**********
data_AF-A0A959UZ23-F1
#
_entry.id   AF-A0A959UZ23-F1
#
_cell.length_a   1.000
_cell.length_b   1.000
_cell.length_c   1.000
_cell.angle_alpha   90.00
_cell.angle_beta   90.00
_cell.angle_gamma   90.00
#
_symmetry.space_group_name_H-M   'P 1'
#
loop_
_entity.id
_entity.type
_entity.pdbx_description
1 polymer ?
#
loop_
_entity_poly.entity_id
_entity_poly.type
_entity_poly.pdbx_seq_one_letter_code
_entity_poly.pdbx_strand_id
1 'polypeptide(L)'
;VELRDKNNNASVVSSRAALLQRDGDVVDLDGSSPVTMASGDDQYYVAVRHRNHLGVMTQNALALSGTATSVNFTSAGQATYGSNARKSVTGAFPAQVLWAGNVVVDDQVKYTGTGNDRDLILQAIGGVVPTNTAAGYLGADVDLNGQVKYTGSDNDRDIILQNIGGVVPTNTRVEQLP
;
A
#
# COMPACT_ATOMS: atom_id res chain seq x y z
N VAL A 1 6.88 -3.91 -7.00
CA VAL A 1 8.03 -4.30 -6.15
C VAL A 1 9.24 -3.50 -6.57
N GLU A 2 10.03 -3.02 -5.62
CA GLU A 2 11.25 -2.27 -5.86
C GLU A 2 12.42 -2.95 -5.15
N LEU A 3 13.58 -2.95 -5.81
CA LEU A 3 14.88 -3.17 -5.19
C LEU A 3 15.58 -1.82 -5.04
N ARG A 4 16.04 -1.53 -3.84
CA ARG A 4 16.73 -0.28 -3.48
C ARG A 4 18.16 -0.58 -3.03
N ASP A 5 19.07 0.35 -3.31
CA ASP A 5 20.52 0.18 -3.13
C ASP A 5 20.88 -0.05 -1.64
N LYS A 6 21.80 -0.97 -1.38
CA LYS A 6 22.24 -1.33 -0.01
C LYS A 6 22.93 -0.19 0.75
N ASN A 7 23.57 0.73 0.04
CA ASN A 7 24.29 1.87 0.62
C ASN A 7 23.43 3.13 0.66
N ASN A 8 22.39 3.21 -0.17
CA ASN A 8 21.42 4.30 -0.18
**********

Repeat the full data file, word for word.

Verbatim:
data_AF-A0A959UZ23-F1
#
_entry.id   AF-A0A959UZ23-F1
#
_cell.length_a   1.000
_cell.length_b   1.000
_cell.length_c   1.000
_cell.angle_alpha   90.00
_cell.angle_beta   90.00
_cell.angle_gamma   90.00
#
_symmetry.space_group_name_H-M   'P 1'
#
loop_
_entity.id
_entity.type
_entity.pdbx_description
1 polymer ?
#
loop_
_entity_poly.entity_id
_entity_poly.type
_entity_poly.pdbx_seq_one_letter_code
_entity_poly.pdbx_strand_id
1 'polypeptide(L)'
;VELRDKNNNASVVSSRAALLQRDGDVVDLDGSSPVTMASGDDQYYVAVRHRNHLGVMTQNALALSGTATSVNFTSAGQATYGSNARKSVTGAFPAQVLWAGNVVVDDQVKYTGTGNDRDLILQAIGGVVPTNTAAGYLGADVDLNGQVKYTGSDNDRDIILQNIGGVVPTNTRVEQLP
;
A
#
# COMPACT_ATOMS: atom_id res chain seq x y z
N VAL A 1 6.88 -3.91 -7.00
CA VAL A 1 8.03 -4.30 -6.15
C VAL A 1 9.24 -3.50 -6.57
N GLU A 2 10.03 -3.02 -5.62
CA GLU A 2 11.25 -2.27 -5.86
C GLU A 2 12.42 -2.95 -5.15
N LEU A 3 13.58 -2.95 -5.81
CA LEU A 3 14.88 -3.17 -5.19
C LEU A 3 15.58 -1.82 -5.04
N ARG A 4 16.04 -1.53 -3.84
CA ARG A 4 16.73 -0.28 -3.48
C ARG A 4 18.16 -0.58 -3.03
N ASP A 5 19.07 0.35 -3.31
CA ASP A 5 20.52 0.18 -3.13
C ASP A 5 20.88 -0.05 -1.64
N LYS A 6 21.80 -0.97 -1.38
CA LYS A 6 22.24 -1.33 -0.01
C LYS A 6 22.93 -0.19 0.75
N ASN A 7 23.57 0.73 0.04
CA ASN A 7 24.29 1.87 0.62
C ASN A 7 23.43 3.13 0.66
N ASN A 8 22.39 3.21 -0.17
CA ASN A 8 21.42 4.30 -0.18